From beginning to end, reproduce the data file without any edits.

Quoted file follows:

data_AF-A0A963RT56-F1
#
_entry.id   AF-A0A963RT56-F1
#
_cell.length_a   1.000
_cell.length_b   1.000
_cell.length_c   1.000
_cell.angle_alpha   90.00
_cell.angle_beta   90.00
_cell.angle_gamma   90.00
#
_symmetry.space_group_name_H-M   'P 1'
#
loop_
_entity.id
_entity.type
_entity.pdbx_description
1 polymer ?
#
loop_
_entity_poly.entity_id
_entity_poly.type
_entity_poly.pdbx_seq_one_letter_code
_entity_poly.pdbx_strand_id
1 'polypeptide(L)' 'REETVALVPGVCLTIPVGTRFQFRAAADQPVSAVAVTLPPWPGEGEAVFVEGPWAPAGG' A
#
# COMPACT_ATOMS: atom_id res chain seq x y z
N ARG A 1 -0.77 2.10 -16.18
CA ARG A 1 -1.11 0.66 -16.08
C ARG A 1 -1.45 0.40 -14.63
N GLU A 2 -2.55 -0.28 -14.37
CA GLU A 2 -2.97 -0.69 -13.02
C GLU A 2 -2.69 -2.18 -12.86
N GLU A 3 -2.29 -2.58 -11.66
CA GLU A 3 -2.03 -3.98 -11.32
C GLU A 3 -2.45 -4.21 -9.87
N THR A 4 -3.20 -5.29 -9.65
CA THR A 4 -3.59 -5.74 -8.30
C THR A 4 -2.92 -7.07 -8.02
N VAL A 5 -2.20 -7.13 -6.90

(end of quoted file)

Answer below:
data_AF-A0A963RT56-F1
#
_entry.id   AF-A0A963RT56-F1
#
_cell.length_a   1.000
_cell.length_b   1.000
_cell.length_c   1.000
_cell.angle_alpha   90.00
_cell.angle_beta   90.00
_cell.angle_gamma   90.00
#
_symmetry.space_group_name_H-M   'P 1'
#
loop_
_entity.id
_entity.type
_entity.pdbx_description
1 polymer ?
#
loop_
_entity_poly.entity_id
_entity_poly.type
_entity_poly.pdbx_seq_one_letter_code
_entity_poly.pdbx_strand_id
1 'polypeptide(L)' 'REETVALVPGVCLTIPVGTRFQFRAAADQPVSAVAVTLPPWPGEGEAVFVEGPWAPAGG' A
#
# COMPACT_ATOMS: atom_id res chain seq x y z
N ARG A 1 -0.77 2.10 -16.18
CA ARG A 1 -1.11 0.66 -16.08
C ARG A 1 -1.45 0.40 -14.63
N GLU A 2 -2.55 -0.28 -14.37
CA GLU A 2 -2.97 -0.69 -13.02
C GLU A 2 -2.69 -2.18 -12.86
N GLU A 3 -2.29 -2.58 -11.66
CA GLU A 3 -2.03 -3.98 -11.32
C GLU A 3 -2.45 -4.21 -9.87
N THR A 4 -3.20 -5.29 -9.65
CA THR A 4 -3.59 -5.74 -8.30
C THR A 4 -2.92 -7.07 -8.02
N VAL A 5 -2.20 -7.13 -6.90